Imlisanen Jamir

Dependence on a sole state broadband service provider has left a large chunk of Dimapur district disconnected ever since the four lane road development works began on the National Highway since last autumn.

If you’re staying anywhere in the outskirts of the few towns in Nagaland state, the only option to experience broadband internet connectivity is through the state run Bharat Sanchar Nigam Limited (BSNL).

Despite being infamous for terrible connectivity and aging infrastructure, most government establishments and people located away from the town centres rely on it as their sole option. The few private enterprises that do offer ADSL internet connectivity have been terribly slow to get off to a good start and expand anywhere far enough from urban centres.

It has been over four months now since landline and broadband receivers past the Purana Bazar area have echoed a dead tone. Calls made by consumers have been met with unsatisfactory explanations that the current roadworks have affected services, while no assurances have been made as to when normal services would resume.

The last public statement made by the service provider in November of last year said that they were working to quickly restore services, and cited poor communication and coordination between BSNL and agencies that implement developmental works. The service provider had also accused that underground cables were being haphazardly torn up without informing the service provider.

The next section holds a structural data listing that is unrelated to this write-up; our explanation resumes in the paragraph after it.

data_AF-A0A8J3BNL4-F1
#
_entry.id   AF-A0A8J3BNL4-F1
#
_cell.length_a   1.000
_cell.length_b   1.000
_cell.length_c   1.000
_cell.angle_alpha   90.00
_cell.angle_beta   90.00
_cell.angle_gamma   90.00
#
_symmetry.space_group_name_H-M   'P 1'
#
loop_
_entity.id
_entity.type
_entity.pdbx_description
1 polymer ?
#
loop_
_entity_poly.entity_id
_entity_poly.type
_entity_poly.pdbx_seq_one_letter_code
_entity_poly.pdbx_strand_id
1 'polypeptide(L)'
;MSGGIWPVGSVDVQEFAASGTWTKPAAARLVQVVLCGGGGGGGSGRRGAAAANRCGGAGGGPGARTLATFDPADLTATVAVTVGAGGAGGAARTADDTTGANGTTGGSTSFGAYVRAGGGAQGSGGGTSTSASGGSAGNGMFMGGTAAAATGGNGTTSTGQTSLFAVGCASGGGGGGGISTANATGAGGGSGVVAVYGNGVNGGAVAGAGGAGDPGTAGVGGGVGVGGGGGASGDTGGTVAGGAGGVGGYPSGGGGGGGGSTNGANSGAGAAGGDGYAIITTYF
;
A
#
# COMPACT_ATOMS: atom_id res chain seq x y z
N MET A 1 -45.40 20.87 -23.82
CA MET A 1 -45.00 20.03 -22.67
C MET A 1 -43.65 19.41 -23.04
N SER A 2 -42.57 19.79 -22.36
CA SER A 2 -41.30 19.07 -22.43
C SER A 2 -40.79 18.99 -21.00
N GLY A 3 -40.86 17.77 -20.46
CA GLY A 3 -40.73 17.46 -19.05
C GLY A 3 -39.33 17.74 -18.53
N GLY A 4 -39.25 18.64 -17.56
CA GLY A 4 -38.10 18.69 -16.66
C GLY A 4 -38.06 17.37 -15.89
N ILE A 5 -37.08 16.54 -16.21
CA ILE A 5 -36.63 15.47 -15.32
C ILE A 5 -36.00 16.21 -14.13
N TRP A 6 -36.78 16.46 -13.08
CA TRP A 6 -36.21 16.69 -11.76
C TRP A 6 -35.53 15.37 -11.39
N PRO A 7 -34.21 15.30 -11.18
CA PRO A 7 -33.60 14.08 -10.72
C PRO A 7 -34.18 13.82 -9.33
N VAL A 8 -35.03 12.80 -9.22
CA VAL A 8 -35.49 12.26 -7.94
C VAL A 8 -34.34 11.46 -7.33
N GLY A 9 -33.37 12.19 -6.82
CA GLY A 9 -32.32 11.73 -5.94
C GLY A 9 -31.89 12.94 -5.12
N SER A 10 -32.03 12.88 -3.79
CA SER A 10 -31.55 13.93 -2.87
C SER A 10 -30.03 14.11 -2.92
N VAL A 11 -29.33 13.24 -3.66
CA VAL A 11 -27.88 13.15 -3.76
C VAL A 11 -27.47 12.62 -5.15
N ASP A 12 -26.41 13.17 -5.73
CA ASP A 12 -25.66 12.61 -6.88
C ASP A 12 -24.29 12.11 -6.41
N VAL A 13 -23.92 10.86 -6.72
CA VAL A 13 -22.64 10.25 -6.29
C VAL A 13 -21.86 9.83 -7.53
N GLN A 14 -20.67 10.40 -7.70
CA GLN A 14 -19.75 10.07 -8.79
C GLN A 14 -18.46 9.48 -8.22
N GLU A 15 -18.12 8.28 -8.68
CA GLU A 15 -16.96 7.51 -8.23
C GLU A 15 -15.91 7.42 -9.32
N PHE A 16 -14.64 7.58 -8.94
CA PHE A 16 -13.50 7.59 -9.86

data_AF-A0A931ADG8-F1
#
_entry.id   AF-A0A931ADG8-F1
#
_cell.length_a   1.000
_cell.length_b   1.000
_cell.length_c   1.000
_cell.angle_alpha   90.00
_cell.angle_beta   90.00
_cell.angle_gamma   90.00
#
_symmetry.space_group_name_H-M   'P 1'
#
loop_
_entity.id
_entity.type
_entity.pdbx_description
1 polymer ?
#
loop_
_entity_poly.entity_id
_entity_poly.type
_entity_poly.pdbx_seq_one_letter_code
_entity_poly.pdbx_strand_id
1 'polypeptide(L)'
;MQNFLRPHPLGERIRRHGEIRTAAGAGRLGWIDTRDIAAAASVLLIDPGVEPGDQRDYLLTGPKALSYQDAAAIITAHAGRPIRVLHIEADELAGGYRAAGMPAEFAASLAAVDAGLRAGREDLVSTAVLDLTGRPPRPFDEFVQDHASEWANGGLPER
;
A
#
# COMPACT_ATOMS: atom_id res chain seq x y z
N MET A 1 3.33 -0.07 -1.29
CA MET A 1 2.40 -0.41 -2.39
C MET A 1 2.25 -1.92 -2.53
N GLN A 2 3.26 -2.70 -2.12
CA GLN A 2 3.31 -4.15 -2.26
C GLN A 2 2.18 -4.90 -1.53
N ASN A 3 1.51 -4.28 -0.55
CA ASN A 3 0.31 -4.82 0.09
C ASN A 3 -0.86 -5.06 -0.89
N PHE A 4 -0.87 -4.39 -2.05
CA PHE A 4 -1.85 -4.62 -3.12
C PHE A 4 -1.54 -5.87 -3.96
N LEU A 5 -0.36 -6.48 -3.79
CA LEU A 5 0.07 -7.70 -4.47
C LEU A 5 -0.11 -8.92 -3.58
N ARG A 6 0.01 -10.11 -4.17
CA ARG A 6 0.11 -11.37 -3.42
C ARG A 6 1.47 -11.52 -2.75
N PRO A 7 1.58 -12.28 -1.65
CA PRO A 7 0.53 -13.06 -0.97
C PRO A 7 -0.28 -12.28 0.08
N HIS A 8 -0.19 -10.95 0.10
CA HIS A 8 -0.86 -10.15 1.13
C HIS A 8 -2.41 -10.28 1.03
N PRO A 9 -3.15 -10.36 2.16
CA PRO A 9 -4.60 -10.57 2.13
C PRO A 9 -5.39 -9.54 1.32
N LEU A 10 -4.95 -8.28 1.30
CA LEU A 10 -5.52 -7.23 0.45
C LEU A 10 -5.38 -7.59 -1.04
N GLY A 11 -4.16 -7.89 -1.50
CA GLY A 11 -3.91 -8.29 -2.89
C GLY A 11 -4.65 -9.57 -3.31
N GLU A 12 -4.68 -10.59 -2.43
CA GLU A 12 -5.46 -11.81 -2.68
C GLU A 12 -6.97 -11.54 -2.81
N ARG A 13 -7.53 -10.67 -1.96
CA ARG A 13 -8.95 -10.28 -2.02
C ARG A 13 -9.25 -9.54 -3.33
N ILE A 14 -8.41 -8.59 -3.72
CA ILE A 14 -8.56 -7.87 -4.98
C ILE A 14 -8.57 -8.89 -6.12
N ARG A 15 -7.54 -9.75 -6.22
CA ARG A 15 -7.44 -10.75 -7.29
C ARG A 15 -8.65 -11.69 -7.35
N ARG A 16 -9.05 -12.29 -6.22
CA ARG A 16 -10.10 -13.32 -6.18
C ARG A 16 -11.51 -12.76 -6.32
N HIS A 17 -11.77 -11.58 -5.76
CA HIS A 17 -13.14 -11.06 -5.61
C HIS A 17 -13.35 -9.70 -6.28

The same report which carried this statement informed that there are about 13500 landline consumers and around 6000 broad band users in Nagaland, out of which around 8000 consumers were in Dimapur alone.

To top it all off, three Optical Fibre Cables (OFCs) running from OCB exchange Dimapur to Kohima, serve as the lifeline for BSNL services in the state and if these are affected, Kohima, Dimapur and Imphal would get isolated.

More than four months since the phone lines went dead; they are yet to be revived. As the excavators chug on with their construction works, the electricity in the surrounding areas have also become more erratic with the eminent arrival of the windy season.

And as the electricity goes off, so does the cell tower networks, thus limiting the use of the last internet option for people and offices here.

As much as service providers have spent on their advertisement campaigns, the realities of places like Nagaland have tried them, and they have been found wanting.

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